- The Godfather film series as well good part of mafia films are about this concept of the "family man" and the loyalty towards the family, being the wife and children as well the parents and sibilings, no matter the cost.
- In the Star Wars saga, Anakin Skywalker epitomizes this trope. He remains devoted to his mother Shmi after years of separation from her, and breaks his Jedi vows to marry Padme. Even in his dissociative phase as Darth Vader, he recognizes Luke as his son and wants to rule the galaxy with him.
- X-Men Film Series: The only thing Professor Charles Xavier treasures as much as his ideals is his Family of Choice, and his dedication to his loved ones is his most distinguishing characteristic alongside his quest for peace between mutants and humans. He has been a brother figure to Raven, Erik and Hank, and he's a surrogate father to virtually all of his students. He invests a lot of time and effort to care for them.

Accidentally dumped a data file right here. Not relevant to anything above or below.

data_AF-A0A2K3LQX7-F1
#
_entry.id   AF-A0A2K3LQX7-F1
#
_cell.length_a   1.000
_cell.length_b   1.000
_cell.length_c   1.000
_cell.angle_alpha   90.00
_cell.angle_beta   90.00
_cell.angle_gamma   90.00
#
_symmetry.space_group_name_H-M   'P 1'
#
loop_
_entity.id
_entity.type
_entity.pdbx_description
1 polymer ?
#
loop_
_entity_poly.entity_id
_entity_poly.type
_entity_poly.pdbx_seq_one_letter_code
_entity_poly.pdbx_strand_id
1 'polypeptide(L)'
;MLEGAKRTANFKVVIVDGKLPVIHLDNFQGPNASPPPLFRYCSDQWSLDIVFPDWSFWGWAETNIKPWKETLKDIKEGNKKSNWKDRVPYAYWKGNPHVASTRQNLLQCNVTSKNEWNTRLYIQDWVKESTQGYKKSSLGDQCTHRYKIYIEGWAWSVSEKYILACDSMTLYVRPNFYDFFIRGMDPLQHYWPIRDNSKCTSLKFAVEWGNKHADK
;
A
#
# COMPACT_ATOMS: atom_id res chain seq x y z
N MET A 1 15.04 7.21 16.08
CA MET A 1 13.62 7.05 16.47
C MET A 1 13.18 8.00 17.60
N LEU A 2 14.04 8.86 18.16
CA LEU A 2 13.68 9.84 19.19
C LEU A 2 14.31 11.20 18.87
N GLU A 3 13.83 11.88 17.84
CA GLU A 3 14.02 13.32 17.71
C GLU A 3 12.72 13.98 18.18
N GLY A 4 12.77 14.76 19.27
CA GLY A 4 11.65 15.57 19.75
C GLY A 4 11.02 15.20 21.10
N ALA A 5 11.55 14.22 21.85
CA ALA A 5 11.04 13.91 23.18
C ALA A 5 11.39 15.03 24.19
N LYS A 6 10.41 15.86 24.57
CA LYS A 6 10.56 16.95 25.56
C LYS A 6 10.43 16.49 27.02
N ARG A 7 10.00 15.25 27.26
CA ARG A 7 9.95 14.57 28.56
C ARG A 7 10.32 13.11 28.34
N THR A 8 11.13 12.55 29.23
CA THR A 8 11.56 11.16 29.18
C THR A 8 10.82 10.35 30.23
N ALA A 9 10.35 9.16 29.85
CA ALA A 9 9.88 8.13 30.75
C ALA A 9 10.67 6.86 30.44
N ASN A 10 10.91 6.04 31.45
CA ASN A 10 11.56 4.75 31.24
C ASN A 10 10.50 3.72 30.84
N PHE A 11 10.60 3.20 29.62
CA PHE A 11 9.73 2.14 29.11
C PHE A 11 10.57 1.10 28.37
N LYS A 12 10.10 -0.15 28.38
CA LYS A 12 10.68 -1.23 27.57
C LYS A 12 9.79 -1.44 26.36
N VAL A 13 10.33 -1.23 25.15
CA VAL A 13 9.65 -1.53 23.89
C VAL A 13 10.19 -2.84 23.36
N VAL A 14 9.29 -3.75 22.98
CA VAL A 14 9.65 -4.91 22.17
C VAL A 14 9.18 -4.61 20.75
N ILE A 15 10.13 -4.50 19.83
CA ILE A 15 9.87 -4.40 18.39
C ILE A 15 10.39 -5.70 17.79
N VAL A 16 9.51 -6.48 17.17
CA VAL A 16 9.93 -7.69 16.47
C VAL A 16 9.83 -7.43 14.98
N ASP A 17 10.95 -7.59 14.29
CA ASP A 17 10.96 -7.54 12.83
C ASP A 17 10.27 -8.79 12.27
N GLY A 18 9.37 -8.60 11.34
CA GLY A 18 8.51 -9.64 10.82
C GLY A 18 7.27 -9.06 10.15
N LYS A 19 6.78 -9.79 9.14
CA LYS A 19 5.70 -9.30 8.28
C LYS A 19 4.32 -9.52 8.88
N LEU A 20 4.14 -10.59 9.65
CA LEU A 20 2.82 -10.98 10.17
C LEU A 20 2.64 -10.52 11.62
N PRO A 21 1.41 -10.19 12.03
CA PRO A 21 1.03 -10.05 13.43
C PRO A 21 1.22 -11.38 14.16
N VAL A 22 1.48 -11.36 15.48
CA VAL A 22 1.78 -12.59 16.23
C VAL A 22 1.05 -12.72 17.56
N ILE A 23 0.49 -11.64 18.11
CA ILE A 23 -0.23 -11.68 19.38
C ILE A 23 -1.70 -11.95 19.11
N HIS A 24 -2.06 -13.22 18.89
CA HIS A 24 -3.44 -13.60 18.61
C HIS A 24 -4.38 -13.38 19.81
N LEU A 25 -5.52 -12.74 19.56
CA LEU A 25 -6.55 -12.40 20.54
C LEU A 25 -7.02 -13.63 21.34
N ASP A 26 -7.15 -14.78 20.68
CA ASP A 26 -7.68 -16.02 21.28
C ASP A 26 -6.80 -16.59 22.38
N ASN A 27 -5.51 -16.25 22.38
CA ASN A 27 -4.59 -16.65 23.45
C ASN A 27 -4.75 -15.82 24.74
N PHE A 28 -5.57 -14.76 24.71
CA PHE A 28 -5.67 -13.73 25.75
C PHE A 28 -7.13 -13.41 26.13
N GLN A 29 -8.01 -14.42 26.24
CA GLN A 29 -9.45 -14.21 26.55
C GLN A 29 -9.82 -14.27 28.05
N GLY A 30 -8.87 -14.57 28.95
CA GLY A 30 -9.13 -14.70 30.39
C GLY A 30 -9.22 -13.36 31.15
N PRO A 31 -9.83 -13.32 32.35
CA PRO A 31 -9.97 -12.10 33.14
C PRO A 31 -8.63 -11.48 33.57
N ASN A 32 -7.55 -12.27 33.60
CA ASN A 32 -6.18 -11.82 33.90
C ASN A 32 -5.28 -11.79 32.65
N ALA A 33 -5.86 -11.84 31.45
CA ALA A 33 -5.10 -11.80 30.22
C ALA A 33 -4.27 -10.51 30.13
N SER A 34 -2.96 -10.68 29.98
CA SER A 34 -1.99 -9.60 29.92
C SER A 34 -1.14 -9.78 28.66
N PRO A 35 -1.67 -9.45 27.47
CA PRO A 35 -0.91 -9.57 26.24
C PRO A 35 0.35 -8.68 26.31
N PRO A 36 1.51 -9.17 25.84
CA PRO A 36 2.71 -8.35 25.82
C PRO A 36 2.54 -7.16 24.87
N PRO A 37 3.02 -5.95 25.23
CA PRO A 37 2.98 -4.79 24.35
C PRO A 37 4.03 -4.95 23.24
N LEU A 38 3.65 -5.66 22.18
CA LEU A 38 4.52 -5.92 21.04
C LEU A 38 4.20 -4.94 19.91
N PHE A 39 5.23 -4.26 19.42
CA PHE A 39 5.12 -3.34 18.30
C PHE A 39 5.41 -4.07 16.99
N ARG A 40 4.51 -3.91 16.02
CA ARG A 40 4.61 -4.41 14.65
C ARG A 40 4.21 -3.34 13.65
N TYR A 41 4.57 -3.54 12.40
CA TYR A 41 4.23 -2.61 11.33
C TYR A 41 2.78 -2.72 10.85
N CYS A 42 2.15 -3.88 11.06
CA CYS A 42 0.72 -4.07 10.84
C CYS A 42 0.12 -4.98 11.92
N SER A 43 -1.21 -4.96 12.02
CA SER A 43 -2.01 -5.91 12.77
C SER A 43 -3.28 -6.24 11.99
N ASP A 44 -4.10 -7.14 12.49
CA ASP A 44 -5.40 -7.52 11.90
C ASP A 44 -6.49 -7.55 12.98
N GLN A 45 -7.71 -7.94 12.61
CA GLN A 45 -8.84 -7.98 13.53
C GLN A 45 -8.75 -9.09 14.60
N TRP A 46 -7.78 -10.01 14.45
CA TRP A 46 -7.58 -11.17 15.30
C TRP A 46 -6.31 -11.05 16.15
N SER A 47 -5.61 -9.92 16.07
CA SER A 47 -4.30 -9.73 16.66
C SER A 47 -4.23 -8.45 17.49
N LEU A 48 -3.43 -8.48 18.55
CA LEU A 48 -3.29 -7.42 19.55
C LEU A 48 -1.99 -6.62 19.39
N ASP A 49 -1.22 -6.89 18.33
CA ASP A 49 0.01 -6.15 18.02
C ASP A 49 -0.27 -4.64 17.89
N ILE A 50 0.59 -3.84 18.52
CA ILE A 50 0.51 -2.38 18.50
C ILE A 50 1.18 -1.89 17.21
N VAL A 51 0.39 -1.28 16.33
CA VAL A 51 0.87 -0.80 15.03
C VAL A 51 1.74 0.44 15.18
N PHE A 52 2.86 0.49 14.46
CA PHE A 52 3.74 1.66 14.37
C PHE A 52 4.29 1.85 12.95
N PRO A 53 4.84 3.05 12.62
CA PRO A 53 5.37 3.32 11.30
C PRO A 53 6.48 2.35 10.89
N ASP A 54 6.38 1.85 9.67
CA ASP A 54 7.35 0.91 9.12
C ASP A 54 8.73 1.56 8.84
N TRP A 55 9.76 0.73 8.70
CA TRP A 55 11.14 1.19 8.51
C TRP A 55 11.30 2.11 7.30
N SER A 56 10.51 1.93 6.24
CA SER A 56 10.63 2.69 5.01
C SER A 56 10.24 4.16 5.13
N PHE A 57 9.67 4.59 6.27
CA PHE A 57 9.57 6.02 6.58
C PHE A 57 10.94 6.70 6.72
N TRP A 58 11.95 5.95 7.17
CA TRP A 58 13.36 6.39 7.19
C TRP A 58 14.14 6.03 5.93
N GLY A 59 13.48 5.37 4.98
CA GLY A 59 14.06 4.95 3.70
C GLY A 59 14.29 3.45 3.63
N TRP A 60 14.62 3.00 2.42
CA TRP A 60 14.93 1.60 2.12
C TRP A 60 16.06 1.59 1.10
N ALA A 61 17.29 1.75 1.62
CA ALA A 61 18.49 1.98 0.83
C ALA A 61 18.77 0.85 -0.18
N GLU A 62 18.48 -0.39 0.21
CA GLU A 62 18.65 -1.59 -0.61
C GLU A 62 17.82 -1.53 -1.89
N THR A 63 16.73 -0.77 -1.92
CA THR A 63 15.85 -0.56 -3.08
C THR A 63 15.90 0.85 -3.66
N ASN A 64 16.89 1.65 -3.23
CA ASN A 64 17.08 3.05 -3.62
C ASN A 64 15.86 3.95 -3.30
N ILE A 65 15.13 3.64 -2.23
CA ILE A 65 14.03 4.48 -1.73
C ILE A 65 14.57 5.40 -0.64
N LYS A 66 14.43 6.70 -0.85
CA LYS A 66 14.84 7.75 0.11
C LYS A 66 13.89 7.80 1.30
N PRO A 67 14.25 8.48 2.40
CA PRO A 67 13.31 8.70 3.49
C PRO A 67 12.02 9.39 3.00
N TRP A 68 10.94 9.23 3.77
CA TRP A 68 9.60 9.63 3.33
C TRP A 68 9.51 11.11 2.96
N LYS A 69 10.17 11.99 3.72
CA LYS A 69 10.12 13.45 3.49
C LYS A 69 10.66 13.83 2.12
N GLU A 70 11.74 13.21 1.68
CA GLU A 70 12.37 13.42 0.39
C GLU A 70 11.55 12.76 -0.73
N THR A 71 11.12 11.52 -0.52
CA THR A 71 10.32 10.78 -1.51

- Dracula Untold depicts Count Dracula as a loving father to his son Ingeras and husband to his wife Mirena. In fact, he becomes a vampire in the first place to protect his family and homeland when the Ottoman Empire comes knocking demanding they hand over several boys to become Janissaries in their army, including his son.
- Hachiman Hikigaya from My Teen Romantic Comedy SNAFU, who has been Promoted to Parent for his little sister Komachi because the constant neglect of his parents, a Big Brother Instinct that also is inherited by extension to Ruri and Iroha. Also, he stated he wants to be a House Husband as his career after high school.
- A Song of Ice and Fire (and for extension Game of Thrones):
Tywin: The house that puts family first will always defeat the house that puts the whims and wishes of its sons and daughters first.